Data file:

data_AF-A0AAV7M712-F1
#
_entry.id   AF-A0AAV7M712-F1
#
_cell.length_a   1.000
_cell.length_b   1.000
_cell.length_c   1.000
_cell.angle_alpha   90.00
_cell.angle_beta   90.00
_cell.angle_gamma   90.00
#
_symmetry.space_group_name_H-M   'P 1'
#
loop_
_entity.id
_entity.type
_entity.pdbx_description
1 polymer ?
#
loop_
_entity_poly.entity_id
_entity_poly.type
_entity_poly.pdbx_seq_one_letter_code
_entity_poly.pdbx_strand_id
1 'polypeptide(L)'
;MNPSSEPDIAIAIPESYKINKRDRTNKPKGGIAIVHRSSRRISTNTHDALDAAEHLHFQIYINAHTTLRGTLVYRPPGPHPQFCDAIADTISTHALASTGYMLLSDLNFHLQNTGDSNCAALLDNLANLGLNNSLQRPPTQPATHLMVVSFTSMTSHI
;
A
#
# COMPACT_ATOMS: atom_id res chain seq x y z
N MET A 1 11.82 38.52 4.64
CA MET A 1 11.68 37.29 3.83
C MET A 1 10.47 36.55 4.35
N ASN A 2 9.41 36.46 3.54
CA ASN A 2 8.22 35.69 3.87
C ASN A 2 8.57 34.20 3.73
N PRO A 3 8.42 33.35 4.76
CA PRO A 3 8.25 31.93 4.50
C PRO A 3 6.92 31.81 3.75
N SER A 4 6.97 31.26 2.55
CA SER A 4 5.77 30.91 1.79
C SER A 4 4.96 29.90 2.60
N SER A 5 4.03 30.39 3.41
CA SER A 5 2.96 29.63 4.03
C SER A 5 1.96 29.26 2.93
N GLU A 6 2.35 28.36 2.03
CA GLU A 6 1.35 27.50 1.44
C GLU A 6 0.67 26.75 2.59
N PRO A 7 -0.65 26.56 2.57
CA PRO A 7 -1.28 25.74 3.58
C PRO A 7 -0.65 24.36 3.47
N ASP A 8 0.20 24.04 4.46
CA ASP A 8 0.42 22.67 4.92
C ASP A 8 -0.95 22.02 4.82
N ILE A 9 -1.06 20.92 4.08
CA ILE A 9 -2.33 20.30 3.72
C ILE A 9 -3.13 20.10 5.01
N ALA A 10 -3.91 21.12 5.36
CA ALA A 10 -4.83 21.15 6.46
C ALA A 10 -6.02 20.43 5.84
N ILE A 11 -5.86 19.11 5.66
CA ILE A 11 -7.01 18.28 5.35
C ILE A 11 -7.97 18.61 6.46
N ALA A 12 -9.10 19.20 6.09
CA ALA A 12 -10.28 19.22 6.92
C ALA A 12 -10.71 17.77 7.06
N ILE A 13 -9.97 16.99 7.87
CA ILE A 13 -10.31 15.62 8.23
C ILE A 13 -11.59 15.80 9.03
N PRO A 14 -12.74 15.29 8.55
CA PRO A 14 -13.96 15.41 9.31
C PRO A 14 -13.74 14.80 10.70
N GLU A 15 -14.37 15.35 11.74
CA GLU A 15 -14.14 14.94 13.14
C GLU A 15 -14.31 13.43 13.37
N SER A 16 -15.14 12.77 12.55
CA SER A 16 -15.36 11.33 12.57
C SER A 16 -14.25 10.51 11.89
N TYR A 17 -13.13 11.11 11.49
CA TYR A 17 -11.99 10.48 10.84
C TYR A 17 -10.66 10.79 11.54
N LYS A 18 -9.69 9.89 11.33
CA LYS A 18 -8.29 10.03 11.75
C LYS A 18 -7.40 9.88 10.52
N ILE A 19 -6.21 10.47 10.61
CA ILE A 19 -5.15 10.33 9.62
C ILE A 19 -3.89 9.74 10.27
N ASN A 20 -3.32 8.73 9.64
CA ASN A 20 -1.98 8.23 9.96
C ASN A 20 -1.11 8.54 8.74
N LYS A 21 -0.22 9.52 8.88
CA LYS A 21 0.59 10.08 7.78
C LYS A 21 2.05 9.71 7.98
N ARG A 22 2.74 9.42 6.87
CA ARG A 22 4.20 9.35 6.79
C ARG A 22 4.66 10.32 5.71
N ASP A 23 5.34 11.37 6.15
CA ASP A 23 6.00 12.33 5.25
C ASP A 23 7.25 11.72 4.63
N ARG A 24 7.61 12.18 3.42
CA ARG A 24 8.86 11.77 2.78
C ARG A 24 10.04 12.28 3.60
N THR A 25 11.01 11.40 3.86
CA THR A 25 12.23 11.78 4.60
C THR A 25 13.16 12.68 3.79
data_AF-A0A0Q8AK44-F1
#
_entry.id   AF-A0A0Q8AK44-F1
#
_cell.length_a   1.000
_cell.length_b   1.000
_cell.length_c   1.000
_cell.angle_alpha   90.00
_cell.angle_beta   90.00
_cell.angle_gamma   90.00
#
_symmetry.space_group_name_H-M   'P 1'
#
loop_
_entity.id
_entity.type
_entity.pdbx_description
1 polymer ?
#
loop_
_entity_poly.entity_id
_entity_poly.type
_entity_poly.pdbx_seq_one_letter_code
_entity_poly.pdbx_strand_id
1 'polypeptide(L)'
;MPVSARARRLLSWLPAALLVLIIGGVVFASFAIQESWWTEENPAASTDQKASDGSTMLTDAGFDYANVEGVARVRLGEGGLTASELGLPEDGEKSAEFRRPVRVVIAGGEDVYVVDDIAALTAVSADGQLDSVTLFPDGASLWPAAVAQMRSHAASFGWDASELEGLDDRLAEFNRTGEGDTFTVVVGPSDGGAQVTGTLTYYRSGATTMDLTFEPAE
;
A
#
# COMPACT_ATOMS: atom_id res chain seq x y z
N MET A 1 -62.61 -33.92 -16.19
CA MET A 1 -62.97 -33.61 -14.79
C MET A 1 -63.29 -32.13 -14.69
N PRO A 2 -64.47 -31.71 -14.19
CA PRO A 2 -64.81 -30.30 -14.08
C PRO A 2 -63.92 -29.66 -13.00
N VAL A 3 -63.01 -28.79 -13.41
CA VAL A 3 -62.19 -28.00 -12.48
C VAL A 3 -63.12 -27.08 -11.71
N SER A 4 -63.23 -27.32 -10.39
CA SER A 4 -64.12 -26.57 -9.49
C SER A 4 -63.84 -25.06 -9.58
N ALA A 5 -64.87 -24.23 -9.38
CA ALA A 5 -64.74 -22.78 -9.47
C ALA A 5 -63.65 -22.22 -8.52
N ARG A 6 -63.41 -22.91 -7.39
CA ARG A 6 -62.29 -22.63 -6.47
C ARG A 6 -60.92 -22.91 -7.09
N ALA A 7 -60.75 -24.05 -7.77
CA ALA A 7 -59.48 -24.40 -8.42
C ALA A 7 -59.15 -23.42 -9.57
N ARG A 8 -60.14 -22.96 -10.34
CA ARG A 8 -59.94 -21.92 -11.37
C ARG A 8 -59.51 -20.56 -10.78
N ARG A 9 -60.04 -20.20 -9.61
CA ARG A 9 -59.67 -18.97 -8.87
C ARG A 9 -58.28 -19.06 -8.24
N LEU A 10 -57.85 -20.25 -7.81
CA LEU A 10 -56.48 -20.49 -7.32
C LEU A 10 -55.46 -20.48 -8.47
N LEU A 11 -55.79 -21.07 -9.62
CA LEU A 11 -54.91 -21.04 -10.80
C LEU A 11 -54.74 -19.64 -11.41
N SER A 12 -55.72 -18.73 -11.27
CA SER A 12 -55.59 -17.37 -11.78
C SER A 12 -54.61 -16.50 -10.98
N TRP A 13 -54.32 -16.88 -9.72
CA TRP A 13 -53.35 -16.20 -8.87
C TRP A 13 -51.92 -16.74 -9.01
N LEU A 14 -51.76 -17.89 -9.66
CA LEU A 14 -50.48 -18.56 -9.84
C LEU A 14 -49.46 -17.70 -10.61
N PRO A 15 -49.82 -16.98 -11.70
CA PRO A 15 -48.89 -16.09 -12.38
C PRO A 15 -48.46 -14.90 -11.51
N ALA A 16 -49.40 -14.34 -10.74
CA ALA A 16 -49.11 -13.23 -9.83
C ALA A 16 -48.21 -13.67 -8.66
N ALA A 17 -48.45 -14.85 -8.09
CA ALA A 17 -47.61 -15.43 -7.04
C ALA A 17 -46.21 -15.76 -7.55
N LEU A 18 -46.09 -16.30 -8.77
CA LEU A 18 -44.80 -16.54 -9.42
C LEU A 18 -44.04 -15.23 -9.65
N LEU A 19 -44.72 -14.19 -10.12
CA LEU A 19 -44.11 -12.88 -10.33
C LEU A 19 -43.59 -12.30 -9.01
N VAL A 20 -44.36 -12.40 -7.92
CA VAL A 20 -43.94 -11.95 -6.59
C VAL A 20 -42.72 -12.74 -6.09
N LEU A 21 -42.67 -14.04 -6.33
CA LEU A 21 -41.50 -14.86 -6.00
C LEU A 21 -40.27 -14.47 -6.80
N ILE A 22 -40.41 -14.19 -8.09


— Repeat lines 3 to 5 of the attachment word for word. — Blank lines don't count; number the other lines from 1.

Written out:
_entry.id   AF-A0AAV7M712-F1
#
_cell.length_a   1.000